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RE: Treasure case - Medieval annular brooch from Langstone

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Oliver Blackmore, the Collections and Engagement Officer at Newport Museum and Art Gallery, has recently acquired a brooch under the Portable Antiquities Scheme in Wales (PAS Wales).  Dr Mark Redknap from National Museum Wales, comments - the decorative medieval brooch inlaid with niello is 13th or 14th Century. [Niello is a black mixture, usually of sulphur, copper, silver, and lead, used as an inlay on engraved or etched metal, especially silver. It is added as a powder or paste, then fired until it melts or at least softens, and flows or is pushed into the engraved lines in the metal.] The brooch was found in January 2019 in Langstone, Newport, by Steve Cashmore  and Mark Jones with Newport Museum and Art Gallery hoping to acquire the brooch for its collection.  Descriptio DescriptioNiello is a black mixture, usually of sulphur, copper, silver, and lead, used as an inlay on engraved or etched metal, especially silver. It is added as a powder or paste, then fired until it melts or

The Tragic Group: The Russian Invasion of Finland

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The Tragic Group: The Russian Invasion of Finland  Artist: Merlyn Oliver Evans With the Ukraine Russian War taking place Roger Cucksey, who was  Keeper of Art In Newport Art Gallery over a period of over thirty years, has reminded us of the relevance of this painting. The Winter War, also known as the First Soviet-Finnish War, was a war between the Soviet Union and Finland. The war began with a Soviet invasion of Finland on 30 November 1939, three months after the outbreak of World War II, and ended three and a half months later with the Moscow Peace Treaty on 13 March 1940. The painting shows a large desolate landscape with a group of people in attitudes of despair in the foreground. It was first exhibited in 1956. It is tempera on a board.  Born in Cardiff, Merlyn Oliver Evans (1910 -1973) studied first at the Glasgow School of Art  and later at the Royal College of Art, where he would go on to teach at the end of his career.  A gifted painter and graphic artist, Merlyn’s work became

The Roman finger-ring from Graig

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    Roman finger-ring from Graig Newport Museum and Art Gallery has finally received the Roman finger-ring from Graig. This was  purchased for the museum by  the Friends of Newport Museum and Art Gallery. This finger-ring was discovered by a metal-detectorist in Graig, Newport. It features a palm branch design, which was widely believed to symbolise victory in the Roman period - in particular, victory over the ‘Evil Eye’. Such rings would have functioned as amulets, protecting the wearer from harm. The ring was declared Treasure due to its age and precious metal content. It was purchased by the Friends of Newport Museum and Art Gallery for Newport Museum, where it will be displayed in the near future.  see The Treasure Act Code of Practice (2nd Revision) In England, Wales and Northern Ireland, all finders of gold and silver objects, and groups of coins from the same finds, over 300 years old, have a legal obligation to report such items under the Treasure Act 1996. Prehistoric base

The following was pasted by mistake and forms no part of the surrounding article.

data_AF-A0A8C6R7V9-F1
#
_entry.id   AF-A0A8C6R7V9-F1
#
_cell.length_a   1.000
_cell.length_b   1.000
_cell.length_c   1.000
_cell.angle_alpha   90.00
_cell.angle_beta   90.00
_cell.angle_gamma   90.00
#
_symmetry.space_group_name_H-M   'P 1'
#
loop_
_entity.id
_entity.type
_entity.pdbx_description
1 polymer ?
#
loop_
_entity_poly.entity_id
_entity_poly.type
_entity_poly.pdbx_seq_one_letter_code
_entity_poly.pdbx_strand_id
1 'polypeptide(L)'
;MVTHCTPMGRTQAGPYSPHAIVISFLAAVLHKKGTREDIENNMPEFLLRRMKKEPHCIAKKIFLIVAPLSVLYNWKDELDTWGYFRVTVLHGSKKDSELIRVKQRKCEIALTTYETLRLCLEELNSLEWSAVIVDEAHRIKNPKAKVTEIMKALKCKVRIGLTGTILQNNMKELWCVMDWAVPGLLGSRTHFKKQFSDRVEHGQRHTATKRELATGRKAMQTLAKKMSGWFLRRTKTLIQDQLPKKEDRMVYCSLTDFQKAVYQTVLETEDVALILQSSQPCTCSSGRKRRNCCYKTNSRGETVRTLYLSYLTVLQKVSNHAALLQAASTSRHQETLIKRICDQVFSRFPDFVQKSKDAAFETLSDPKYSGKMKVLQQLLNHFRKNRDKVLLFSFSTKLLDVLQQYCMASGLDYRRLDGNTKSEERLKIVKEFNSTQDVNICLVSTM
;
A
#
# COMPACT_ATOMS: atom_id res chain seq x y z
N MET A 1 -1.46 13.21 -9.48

Newport Rugby and Rodney Parade

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  Newport Rugby and Rodney Parade 1. Rodney Parade Viscount Tredegar painted by George Frederick Harris (1910) Newport Museum and Art Gallery From the Marshes to the Salt Pool. In 1875, the Newport Athletic Club was created, and two years later they secured the use of land at Rodney Parade from Godrey Morgan 1st Vicount Tredegar , for their cricket, tennis, rugby and athletics teams. He called it Rodney Parade after his brother Charles Rodney Morgan   (2 December 1828 – 14 January 1854). Charles Rodney  Morgan was the first born son and was due to inherit the estate but died in  1854, in Marseilles. For more information click here -   Charles Rodney Morgan   For more information about Viscount Tredegar - Godfrey Morgan, click here for Steffan Ellis's blog post.  Tag Archives: Godfrey Morgan . Clarke's Garden 1854 Newport Rugby Club can trace its origins to Newport Victoria Cricket Club, which played on the marshes in what is now an area stretching from Wyndham Street to Shaftes

The Development of Newport Docks

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  The Development of  Newport Docks  At the moment Newport Museum and Art Gallery has a photographic exhibition about the development of Newport Docks and it ends with photographs of the Newport Dock Disaster of 1909. The Newport Ship Newport's riverside wharves and jetties have existed at this major trading port since at least the fifteenth century, as evidenced by the discovery of The Newport Ship trading vessel dating from 1465-6. See David Jordan's painting below. Approaching Newport” by David Jordan  The Monmouthshire Canal The town's industrial significance was established in 1799 with the opening of the Monmouthshire Canal (nprn 85125). Subsequent development made Newport docks the the outlet for all iron and coal production of the Monmouthshire Valleys of Rhymney, Ebbw, Sirhowy and Afon Llwyd.  The Monmouthshire Canal Company with its canal and tramroads was responsible for the growth of Newport, which became the third largest coal port in Britain.  In 1796 the comp